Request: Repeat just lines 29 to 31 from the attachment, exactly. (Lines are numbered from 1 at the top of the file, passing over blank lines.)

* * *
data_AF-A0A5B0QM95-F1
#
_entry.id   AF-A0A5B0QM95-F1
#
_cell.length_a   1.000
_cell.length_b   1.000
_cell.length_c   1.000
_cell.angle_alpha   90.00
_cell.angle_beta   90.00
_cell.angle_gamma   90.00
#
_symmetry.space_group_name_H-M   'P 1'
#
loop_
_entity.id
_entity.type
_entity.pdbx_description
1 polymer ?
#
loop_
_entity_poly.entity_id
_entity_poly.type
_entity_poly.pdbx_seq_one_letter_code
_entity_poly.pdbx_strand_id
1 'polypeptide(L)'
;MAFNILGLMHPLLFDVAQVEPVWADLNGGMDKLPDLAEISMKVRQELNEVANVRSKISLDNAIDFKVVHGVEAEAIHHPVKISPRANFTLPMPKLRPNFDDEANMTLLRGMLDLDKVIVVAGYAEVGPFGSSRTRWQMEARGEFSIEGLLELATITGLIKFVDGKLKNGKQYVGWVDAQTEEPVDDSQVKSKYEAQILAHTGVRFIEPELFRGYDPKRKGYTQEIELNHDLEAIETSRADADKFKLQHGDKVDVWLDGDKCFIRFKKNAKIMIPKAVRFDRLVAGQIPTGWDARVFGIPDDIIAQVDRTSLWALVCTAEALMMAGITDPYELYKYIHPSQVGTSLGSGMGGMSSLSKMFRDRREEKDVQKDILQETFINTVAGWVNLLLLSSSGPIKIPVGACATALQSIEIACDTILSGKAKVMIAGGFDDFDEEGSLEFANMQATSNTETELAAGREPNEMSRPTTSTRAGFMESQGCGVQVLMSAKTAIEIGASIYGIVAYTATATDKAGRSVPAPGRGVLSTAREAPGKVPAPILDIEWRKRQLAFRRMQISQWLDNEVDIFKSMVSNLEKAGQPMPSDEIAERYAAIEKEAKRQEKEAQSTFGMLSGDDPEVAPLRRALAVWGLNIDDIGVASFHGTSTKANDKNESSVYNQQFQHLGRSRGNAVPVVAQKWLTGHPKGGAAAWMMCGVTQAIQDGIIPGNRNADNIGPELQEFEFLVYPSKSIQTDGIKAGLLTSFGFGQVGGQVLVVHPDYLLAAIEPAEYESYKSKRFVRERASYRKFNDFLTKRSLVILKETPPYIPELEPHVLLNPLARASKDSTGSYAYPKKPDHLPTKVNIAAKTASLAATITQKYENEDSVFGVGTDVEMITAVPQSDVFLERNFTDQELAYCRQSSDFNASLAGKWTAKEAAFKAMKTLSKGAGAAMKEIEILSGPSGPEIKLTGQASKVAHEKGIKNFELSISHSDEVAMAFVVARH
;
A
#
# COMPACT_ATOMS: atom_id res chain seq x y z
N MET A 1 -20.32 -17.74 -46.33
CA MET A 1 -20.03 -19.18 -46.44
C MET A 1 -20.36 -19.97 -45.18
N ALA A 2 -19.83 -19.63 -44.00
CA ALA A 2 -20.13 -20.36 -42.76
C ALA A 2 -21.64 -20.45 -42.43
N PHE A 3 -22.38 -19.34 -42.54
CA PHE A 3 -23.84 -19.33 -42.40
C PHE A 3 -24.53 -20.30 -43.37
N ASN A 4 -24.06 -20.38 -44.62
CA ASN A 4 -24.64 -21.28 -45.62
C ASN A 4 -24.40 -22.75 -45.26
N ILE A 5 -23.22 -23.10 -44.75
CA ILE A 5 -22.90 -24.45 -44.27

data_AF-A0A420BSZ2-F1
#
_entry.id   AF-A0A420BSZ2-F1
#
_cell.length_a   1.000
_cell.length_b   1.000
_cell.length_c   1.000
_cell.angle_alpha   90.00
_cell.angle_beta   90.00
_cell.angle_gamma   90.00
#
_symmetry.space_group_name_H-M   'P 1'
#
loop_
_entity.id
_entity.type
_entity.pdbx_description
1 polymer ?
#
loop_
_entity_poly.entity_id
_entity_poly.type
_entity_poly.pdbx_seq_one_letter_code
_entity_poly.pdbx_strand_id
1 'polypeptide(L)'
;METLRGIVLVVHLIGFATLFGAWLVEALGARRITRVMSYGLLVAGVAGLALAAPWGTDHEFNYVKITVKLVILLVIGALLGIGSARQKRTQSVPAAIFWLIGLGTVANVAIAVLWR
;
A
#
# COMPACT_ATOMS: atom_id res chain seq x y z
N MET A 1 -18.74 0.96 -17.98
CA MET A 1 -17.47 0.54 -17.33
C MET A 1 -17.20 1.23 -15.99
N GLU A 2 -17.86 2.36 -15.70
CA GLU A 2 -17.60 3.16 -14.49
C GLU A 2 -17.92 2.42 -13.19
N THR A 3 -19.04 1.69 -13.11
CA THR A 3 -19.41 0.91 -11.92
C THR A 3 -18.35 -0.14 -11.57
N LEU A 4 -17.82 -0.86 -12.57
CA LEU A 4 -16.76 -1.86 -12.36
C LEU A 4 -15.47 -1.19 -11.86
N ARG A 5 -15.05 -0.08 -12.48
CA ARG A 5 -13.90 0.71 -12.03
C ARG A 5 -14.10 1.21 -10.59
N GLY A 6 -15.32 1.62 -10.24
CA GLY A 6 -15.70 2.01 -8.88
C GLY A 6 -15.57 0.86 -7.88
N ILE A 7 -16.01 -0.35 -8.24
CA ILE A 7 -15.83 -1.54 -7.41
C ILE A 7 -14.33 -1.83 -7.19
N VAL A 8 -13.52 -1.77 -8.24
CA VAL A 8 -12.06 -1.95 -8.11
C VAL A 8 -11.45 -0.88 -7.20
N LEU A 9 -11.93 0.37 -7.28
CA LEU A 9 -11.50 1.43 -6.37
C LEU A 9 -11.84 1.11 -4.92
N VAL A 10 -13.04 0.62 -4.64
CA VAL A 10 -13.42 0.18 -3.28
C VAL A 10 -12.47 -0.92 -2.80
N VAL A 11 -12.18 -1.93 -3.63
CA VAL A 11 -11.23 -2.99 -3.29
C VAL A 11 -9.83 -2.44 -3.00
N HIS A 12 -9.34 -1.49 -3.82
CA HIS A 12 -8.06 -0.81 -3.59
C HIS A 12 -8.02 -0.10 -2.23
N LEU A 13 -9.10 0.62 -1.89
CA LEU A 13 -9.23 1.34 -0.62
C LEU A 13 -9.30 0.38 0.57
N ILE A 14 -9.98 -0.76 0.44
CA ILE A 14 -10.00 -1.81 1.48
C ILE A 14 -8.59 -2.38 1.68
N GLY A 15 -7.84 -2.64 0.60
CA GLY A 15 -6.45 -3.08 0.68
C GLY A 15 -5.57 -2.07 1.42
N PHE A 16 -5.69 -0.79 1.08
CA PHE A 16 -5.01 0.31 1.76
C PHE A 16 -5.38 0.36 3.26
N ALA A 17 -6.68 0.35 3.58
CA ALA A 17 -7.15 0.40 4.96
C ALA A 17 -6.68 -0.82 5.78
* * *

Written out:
#
# COMPACT_ATOMS: atom_id res chain seq x y z
N MET A 1 -20.32 -17.74 -46.33